Christmas was a busy time for Martha (Woods) Potter (1868-1963), but as a lifelong diarist, letter writer and journal keeper, the mother of four always found time to record the hubbub of the season in what she called her “Christmas books.” Today, they offer us a detailed look at the activities of a Bowling Green woman during every holiday season from 1912 to 1954.
Martha usually began each year’s account with a summary of her “family status,” particularly the whereabouts of her children as they grew up, went to school, married and began lives of their own. She continued with notes on every aspect of the holidays, including the weather, her charitable and church work (she was the longtime choir director and organist of the First Presbyterian Church), gifts given and received, the comings and goings of family and friends, entertainments, decorations and food.
In 1936, with her children grown, Martha reflected on her Christmas record-keeping in a manner familiar to many mothers. “When I read back over all these busy Christmases,” she wrote, “it makes my head swim and my back ache to think of the work I did . . . . Now Christmas is so quiet and restful, but I miss the kiddies and the confusion.” Her subsequent entries betray increasingly quieter times, but when Martha finally ended her last Christmas book, she did not forget that “on its sacred pages is recorded forty-two happy years.” Nor did she allow the vagaries of winter weather to darken her spirit. On one of her greeting cards was a summer-like photo and the caption, “Here are roses from my garden / To brighten your Christmas scene / Ice and snow may be holding sway / But roses reign supreme.”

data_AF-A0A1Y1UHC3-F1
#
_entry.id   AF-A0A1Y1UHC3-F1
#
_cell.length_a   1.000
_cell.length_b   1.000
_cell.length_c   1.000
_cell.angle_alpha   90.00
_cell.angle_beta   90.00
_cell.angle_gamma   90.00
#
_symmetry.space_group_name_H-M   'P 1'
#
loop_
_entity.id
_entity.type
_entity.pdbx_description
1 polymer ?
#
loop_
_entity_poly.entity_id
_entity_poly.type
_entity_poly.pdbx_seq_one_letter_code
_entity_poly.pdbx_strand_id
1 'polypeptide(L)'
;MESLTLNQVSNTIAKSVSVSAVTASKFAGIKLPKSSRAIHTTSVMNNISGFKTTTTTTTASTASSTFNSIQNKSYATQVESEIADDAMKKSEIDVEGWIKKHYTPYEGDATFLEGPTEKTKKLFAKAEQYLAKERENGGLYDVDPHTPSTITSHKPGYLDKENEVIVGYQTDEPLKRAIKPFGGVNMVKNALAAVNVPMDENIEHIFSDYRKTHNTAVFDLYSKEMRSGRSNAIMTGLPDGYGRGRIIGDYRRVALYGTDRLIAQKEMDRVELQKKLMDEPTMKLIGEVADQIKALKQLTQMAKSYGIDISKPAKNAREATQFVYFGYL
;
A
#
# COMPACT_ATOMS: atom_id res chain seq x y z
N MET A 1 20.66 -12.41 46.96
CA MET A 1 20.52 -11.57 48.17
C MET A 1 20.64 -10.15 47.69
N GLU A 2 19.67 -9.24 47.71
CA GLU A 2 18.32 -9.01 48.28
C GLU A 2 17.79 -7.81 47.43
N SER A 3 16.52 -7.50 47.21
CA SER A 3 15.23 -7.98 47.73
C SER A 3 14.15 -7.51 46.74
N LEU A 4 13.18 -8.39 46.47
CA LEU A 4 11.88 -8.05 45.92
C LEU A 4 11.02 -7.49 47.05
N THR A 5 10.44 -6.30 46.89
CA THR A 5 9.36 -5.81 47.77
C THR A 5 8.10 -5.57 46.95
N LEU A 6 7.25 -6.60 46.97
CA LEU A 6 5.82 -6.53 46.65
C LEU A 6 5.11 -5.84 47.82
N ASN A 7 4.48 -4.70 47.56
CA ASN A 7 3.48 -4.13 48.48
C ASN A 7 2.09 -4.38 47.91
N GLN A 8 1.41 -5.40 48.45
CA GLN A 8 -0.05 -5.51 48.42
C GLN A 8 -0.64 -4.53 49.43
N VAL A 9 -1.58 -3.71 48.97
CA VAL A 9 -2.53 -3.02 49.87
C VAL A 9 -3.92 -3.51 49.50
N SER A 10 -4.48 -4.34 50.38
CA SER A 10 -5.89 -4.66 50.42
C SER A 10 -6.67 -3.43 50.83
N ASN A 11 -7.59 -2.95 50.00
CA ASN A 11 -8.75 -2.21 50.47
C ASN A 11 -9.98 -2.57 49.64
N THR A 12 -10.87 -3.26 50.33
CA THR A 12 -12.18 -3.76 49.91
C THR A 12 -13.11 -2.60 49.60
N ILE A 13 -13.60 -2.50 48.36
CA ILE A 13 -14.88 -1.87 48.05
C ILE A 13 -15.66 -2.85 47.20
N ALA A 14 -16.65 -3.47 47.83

Martha Potter’s Christmas photo
Martha (Woods) Potter’s Christmas books are part of the Lissauer Collection in the Manuscripts & Folklife Archives section of WKU’s Special Collections Library. For more collections relating to Christmases in Kentucky, search TopSCHOLAR and KenCat.
Cora Morningstar’s Christmas diary
Although the details of Christmas celebrations have long been features of 1-year or 5-year diaries, in 1899 Bowling Green merchants L. D. Potter & Co. gave their customers a little pamphlet-style “Christmas Diary” to make a special record of the season. Cora (Gossom) Morningstar (1866-1926) picked one up and used it to note few incidents of her Christmas Day. She arose at 7, and breakfasted at 9. Under “state of weather,” she wrote “cold and snow.” She enjoyed a Christmas dinner of turkey, cranberry sauce, biscuit, macaroni, oysters, olives, sweet potatoes and peas; for dessert there was ice cream, cake, nuts and raisins. Cora’s dinner guests were two friends from Louisville, but perhaps their meal was a quiet one, since she made no notations under the heading for “Table Talk.”
That evening, it was time to open presents. Among Santa’s gifts to Cora’s 5-year-old son Roy were a policeman’s uniform and patrol wagon, building and picture blocks, and some toy soldiers and guns. Cora received some cut glass – a bowl, celery dish and tumblers – and (perhaps to christen the tumbers) two bottles of whiskey.
Cora (Gossom) Morningstar’s Christmas diary is part of the Manuscripts & Folklife Archives collections of WKU’s Special Collections Library. Click here to download a finding aid. And (to quote her diary) “At this glad season of the year, / May health and plenty you attend, / May friends be near, / your heart to cheer, / And smiles with words of kindness blend.”